Savannah, Ga. - The drive south to Savannah from Latrobe, Pennsylvania, is just under 700 miles depending on who’s driving. “I think you can safely get here in 12 hours,” said Brother Xavier O’Mara. “That means you got here in nine,” joked Brother Francisco Whittaker who drove down in a separate car along with Brother Angelo Lichtenstein. O’Mara made the trip with Brothers Gregory Visca and Sean Cooksey. The familial and collegial energy among the Benedictine monks assembled in the den of the priory on the campus of Benedictine Military School (BC) Friday, January 15 feels a lot like a family. Or maybe more like teammates in the locker room following a huge victory or students in a dormitory at the end of a long day of classes. The brotherhood that is being a Benedictine Monk has brought these monks and a postulate, Tim Sheridan, a teacher in Ohio that is “kicking the tires” on becoming a monk himself, to Savannah for the annual two-week visit.
Father Max Maximilian, O.B.S., the former Vocation Director at St. Vincent Archabbey in Latrobe, is now assigned to be an instructor at BC, created the two-week program to allow monks in the early stages of formation “to see what it is like to be a Benedictine monk here in Savannah,” said Maximilian. “The program also allows the monks to get to know the students at BC and familiarize themselves with potentially teaching at the school.” For Visca and O’Mara in particular this experience has a particular motive as they both are interested in teaching. The upstanding educational reputation of BC students and faculty is a combination many, if given the opportunity, fail to not take advantage of.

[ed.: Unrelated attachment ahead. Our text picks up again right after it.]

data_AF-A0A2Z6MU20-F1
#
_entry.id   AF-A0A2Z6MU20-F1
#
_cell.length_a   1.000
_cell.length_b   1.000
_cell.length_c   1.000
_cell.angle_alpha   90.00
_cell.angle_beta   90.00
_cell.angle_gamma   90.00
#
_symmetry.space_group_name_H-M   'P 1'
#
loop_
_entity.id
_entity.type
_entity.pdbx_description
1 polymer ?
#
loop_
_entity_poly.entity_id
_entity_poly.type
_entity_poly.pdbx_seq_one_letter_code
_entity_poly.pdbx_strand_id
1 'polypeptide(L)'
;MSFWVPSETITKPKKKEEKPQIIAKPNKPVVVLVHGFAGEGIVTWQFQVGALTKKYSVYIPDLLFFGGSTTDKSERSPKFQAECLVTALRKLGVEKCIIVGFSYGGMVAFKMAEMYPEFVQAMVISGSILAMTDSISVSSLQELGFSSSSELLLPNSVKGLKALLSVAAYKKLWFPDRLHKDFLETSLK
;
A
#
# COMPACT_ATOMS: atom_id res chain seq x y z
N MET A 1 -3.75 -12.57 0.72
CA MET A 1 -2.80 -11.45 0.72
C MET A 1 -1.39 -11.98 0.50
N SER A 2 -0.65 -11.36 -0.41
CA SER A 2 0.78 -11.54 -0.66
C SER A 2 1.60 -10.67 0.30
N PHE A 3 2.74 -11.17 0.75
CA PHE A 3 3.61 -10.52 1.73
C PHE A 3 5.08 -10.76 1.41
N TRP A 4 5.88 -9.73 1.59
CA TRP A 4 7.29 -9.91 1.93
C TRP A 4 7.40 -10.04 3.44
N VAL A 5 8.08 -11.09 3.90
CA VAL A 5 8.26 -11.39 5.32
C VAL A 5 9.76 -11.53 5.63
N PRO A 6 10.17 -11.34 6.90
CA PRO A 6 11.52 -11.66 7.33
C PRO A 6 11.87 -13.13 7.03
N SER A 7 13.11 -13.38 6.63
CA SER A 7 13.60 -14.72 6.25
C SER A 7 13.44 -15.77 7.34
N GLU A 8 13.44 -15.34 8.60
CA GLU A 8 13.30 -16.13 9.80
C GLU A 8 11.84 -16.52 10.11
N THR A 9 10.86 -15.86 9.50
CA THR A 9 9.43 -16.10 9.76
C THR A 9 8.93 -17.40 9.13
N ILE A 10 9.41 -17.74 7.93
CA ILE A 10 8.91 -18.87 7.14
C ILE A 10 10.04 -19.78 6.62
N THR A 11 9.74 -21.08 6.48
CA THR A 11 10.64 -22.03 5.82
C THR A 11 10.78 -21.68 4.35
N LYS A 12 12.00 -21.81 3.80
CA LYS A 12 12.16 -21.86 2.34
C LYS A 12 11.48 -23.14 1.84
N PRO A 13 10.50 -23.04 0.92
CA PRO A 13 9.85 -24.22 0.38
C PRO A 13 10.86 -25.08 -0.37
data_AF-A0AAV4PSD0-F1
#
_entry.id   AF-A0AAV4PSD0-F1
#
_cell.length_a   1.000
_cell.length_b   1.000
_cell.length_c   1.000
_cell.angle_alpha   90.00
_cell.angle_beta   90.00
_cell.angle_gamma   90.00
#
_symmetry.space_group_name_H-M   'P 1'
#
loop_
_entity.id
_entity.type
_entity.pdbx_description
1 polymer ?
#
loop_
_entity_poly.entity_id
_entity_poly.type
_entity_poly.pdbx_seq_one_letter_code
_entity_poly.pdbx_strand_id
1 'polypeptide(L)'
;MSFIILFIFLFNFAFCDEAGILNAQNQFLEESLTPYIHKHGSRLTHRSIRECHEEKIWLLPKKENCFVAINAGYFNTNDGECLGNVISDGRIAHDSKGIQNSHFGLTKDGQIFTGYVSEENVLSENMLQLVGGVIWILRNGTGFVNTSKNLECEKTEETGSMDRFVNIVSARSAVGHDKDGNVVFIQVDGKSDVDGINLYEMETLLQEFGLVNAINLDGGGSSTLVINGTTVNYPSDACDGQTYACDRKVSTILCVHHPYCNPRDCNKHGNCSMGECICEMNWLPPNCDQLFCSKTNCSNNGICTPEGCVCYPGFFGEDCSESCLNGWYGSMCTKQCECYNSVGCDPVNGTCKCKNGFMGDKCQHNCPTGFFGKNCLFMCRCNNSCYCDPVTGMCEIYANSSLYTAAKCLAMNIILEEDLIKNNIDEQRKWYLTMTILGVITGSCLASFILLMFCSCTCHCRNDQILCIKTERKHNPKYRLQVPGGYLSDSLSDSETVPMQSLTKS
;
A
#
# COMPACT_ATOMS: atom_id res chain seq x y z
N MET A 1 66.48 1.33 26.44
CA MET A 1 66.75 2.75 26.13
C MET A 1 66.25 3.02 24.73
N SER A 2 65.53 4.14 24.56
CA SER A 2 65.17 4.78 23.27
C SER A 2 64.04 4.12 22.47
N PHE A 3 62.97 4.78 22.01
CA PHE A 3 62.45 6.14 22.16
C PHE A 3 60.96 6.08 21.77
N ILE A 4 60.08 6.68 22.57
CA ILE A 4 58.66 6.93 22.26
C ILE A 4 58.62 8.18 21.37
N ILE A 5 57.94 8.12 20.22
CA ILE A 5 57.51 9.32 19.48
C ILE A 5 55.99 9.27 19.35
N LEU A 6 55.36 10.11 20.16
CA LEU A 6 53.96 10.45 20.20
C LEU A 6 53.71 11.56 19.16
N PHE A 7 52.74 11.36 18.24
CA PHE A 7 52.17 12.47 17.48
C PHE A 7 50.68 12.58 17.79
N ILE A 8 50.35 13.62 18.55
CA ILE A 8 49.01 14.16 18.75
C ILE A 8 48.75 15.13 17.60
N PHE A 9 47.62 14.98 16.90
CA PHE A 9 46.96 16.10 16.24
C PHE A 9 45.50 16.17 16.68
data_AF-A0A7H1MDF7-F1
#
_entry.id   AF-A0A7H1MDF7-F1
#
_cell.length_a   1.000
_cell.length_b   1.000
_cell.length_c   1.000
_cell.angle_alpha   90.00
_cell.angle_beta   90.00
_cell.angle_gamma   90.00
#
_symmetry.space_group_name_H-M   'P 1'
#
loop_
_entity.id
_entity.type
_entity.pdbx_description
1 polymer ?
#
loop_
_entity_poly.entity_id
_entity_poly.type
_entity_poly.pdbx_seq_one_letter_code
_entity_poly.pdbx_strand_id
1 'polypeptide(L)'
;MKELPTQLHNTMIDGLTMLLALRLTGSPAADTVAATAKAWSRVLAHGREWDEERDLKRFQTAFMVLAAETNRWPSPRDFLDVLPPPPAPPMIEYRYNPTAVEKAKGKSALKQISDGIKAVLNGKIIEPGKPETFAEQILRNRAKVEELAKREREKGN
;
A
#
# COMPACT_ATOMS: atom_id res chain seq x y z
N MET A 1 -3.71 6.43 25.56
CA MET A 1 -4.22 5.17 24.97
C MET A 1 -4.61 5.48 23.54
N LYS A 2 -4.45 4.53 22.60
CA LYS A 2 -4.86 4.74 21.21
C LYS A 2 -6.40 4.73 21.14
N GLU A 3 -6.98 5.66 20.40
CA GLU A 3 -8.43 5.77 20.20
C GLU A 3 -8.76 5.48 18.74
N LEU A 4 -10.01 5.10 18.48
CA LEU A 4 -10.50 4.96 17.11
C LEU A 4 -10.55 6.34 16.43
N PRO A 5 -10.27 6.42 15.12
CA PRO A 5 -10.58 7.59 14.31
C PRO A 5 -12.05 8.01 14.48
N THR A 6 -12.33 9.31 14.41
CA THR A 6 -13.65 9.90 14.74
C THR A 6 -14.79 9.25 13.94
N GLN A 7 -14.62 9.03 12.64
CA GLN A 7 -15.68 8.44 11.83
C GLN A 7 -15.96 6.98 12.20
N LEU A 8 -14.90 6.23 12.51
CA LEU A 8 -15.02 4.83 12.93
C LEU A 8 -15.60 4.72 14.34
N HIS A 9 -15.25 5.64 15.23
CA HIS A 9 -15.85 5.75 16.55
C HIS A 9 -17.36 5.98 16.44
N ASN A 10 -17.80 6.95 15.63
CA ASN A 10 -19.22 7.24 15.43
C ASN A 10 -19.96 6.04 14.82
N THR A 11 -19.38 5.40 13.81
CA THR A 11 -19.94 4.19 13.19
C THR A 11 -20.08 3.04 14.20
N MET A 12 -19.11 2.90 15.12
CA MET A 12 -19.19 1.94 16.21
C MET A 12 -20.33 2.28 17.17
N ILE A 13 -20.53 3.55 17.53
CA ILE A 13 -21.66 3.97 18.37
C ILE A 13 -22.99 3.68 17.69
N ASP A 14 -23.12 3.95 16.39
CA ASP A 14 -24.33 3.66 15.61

“I just fell in love with teaching and before entering the monastery I was working on my teaching certification for high school,” said Visca, a Tampa, Florida native.
“My specialty is college admission, higher education, counseling, that sort of thing and I love interacting with the student-body and getting to know the families on an individual basis,” said O’Mara, who worked for nearly a decade in college admissions in Pennsylvania. “That’s one of the connections that I love here [at BC], I could just see myself digging my feet in the dirt and then all of a sudden 15, 20 years passes by and I’m like ‘where did the years go?’. That’s totally something that I want.”
Liechtenstein taught elementary school music and junior high school theology at a Catholic school. “I see teaching as an important, far-reaching apostolate,” he said.
Beginning Jan. 12, a day after the monks arrived, an itinerary of meetings with BC headmaster Father Frank Ziemkiewicz, O.S.B., tours of the school facility and local attractions, dinners and midday and evening prayers were scheduled to take place. They also took time Friday afternoon to visit the world famous Leopold’s ice cream shop. All that attended were impressed. A trip to Tybee Island and an evening bonfire were both put on hold due to the weather.
The monks spoke about their commitments to the Benedictine Order and why they decided to embrace this way of life. The initial process is a four year commitment and for the men in that room there were so many reasons to take on the challenge.